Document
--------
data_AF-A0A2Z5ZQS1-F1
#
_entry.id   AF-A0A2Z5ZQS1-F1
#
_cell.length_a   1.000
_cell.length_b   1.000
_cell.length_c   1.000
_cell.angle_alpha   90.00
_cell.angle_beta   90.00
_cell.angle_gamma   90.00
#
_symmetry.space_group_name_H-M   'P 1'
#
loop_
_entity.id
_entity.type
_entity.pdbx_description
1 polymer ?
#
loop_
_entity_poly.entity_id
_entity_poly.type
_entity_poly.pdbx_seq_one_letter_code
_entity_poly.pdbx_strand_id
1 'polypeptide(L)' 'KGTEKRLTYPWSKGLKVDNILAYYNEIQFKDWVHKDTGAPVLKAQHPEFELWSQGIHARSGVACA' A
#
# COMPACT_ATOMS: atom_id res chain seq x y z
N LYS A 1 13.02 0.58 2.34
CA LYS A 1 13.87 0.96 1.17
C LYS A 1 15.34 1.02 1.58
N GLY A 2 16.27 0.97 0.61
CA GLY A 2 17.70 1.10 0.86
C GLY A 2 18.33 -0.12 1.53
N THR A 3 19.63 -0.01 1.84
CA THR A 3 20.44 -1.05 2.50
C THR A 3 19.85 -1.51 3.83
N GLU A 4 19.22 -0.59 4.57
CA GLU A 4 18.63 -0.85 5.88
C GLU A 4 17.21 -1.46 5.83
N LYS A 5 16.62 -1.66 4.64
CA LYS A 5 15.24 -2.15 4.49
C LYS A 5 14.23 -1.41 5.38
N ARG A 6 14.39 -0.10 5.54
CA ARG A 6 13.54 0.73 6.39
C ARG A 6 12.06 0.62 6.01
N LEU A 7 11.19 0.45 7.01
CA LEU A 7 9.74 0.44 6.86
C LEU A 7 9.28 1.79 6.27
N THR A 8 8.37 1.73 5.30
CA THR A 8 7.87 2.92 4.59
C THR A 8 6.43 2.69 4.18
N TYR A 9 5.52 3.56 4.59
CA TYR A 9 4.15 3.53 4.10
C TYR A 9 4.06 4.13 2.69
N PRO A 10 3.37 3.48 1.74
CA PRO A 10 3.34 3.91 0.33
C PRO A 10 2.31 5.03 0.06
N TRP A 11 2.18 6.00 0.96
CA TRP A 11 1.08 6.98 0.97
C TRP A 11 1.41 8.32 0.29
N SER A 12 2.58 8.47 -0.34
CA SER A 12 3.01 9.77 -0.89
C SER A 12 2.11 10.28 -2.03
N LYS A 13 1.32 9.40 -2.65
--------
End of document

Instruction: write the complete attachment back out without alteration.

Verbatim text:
data_AF-A0A2Z5ZQS1-F1
#
_entry.id   AF-A0A2Z5ZQS1-F1
#
_cell.length_a   1.000
_cell.length_b   1.000
_cell.length_c   1.000
_cell.angle_alpha   90.00
_cell.angle_beta   90.00
_cell.angle_gamma   90.00
#
_symmetry.space_group_name_H-M   'P 1'
#
loop_
_entity.id
_entity.type
_entity.pdbx_description
1 polymer ?
#
loop_
_entity_poly.entity_id
_entity_poly.type
_entity_poly.pdbx_seq_one_letter_code
_entity_poly.pdbx_strand_id
1 'polypeptide(L)' 'KGTEKRLTYPWSKGLKVDNILAYYNEIQFKDWVHKDTGAPVLKAQHPEFELWSQGIHARSGVACA' A
#
# COMPACT_ATOMS: atom_id res chain seq x y z
N LYS A 1 13.02 0.58 2.34
CA LYS A 1 13.87 0.96 1.17
C LYS A 1 15.34 1.02 1.58
N GLY A 2 16.27 0.97 0.61
CA GLY A 2 17.70 1.10 0.86
C GLY A 2 18.33 -0.12 1.53
N THR A 3 19.63 -0.01 1.84
CA THR A 3 20.44 -1.05 2.50
C THR A 3 19.85 -1.51 3.83
N GLU A 4 19.22 -0.59 4.57
CA GLU A 4 18.63 -0.85 5.88
C GLU A 4 17.21 -1.46 5.83
N LYS A 5 16.62 -1.66 4.64
CA LYS A 5 15.24 -2.15 4.49
C LYS A 5 14.23 -1.41 5.38
N ARG A 6 14.39 -0.10 5.54
CA ARG A 6 13.54 0.73 6.39
C ARG A 6 12.06 0.62 6.01
N LEU A 7 11.19 0.45 7.01
CA LEU A 7 9.74 0.44 6.86
C LEU A 7 9.28 1.79 6.27
N THR A 8 8.37 1.73 5.30
CA THR A 8 7.87 2.92 4.59
C THR A 8 6.43 2.69 4.18
N TYR A 9 5.52 3.56 4.59
CA TYR A 9 4.15 3.53 4.10
C TYR A 9 4.06 4.13 2.69
N PRO A 10 3.37 3.48 1.74
CA PRO A 10 3.34 3.91 0.33
C PRO A 10 2.31 5.03 0.06
N TRP A 11 2.18 6.00 0.96
CA TRP A 11 1.08 6.98 0.97
C TRP A 11 1.41 8.32 0.29
N SER A 12 2.58 8.47 -0.34
CA SER A 12 3.01 9.77 -0.89
C SER A 12 2.11 10.28 -2.03
N LYS A 13 1.32 9.40 -2.65